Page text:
Start-up snapshot: A sanitation company with a unique business model


Start-up: Sanivation

Andrew Foote is co-founder of Sanivation, a Kenya-based start-up that solves sanitation challenges in crowded urban areas and provides affordable clean energy. The company makes indoor mobile toilets, which it installs free to users and then charges monthly fees for waste collection. The collected waste is transformed into charcoal briquettes. Foote tells How we made it in Africa about his unique business model and why people are willing to pay for a “nice” toilet in their home.

1. Give us your elevator pitch.

Sanivation provides household toilets to people in urban areas through a unique business model by providing a toilet for free and charging a monthly subscription fee of Ksh.600 (US$6). Our toilets are made of wood and recycled plastic that is durable, hygienic and require no access to drainage or water systems.

People can subscribe for as many months as they want. We service the toilet twice a week and transform the collected material into charcoal briquettes that we sell. We are doing this in Naivasha (90 minutes outside Nairobi) in a community near a number of flower farms. We chose Naivasha because it is urbanising rapidly and there is relatively low unemployment. Thus people can afford to pay a subscription for sanitation. Many renters do not have space to dig up a latrine, and they also don’t want to invest in capital improvements because they are probably only going to be in Naivasha for a short period.

This is a pretty new model for sanitation, so we have been focusing on our renewal rate. We have had toilets in people’s homes for the last eight months and so far have had 100% renewal rate. People really want to have a nice toilet in their home.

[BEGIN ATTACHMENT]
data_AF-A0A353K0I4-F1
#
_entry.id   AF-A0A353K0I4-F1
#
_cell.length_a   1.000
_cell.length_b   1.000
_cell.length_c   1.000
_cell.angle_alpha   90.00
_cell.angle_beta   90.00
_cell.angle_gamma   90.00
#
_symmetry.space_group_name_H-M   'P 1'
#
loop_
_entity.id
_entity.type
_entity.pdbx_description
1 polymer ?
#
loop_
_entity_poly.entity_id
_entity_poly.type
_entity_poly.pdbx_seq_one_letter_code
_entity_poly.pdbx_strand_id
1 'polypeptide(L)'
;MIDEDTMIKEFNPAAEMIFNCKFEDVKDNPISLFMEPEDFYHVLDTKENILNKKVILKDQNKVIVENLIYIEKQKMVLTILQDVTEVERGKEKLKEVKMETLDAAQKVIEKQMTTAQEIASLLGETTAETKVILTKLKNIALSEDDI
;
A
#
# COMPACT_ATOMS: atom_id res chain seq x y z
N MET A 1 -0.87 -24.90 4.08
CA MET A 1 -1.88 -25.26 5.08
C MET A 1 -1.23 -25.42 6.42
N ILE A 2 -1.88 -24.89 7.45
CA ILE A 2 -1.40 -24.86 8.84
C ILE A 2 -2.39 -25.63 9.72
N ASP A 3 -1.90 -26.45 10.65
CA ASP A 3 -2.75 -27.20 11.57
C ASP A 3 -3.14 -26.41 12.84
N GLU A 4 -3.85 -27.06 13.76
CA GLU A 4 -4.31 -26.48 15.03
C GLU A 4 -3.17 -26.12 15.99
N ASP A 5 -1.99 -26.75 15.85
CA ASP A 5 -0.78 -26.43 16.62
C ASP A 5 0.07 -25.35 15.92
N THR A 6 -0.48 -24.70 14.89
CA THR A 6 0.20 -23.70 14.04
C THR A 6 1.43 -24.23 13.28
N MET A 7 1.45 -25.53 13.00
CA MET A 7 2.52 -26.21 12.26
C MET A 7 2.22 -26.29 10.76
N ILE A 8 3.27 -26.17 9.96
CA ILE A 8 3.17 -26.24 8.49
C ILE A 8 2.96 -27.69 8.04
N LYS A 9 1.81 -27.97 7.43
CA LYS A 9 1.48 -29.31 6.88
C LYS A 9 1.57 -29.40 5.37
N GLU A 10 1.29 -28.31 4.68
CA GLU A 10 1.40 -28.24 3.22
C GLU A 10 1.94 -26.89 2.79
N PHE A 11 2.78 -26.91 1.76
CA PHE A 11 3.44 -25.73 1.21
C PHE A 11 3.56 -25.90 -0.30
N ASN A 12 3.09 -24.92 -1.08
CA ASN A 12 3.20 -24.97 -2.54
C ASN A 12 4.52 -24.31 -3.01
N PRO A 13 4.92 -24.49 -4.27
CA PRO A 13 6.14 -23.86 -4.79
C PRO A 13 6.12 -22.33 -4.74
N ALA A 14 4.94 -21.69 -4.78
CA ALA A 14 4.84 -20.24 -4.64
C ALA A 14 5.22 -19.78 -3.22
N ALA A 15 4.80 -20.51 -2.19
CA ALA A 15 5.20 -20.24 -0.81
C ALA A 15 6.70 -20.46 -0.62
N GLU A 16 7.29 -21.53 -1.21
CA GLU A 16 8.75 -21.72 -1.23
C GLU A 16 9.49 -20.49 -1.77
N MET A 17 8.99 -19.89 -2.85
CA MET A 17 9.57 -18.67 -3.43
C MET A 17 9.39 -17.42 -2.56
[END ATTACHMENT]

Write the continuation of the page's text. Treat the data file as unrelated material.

2. How did you finance your start-up?

We financed it partly through some personal capital and also support from grant organisations.

3. If you were given US$1m to invest in your company now, where would it go?

We would scale the business to reach about 200,000 people. Over the next five years we intend to reach about 1 million people in crowded urban areas. So we would put the money into hiring more marketing and development staff, getting our charcoal-making machines running at capacity, and financing the mass production of our toilets.

4. What risks does your business face?

There is a potential risk the government of Kenya could decide to install sewage sanitation, but I think that will take a little while, and we would be part of those conversations when it happens. Our business is all about creating brand and creating services people want at their doorstep. So it is important to maintain a good brand image as we move forward.

5. Describe your most exciting entrepreneurial moment.

Sometime back one of our clients, called Margret, was chatting to a neighbour. She asked the neighbour to excuse her because she had to go to the next room to use the restroom. The neighbour was surprised because she had expected Margret to use the normal community latrine. So the neighbour found out about our services, came down to our offices and demanded we install one for her. On that same day she signed the contract and we strapped the toilet on the back of a motorcycle and took it to her house. That was exciting.

6. What has been the biggest mistake made in your start-up?

One of the challenges is having access to our own office space. Right now we are sharing with a different group. It’s been a little bit difficult to not have our own space. So, if I were to start again I would invest more money to have our own space. Yes, we have faced small issues here and there, but see them as opportunities to learn. In business it is important to be humble and to recognise everything is a learning opportunity.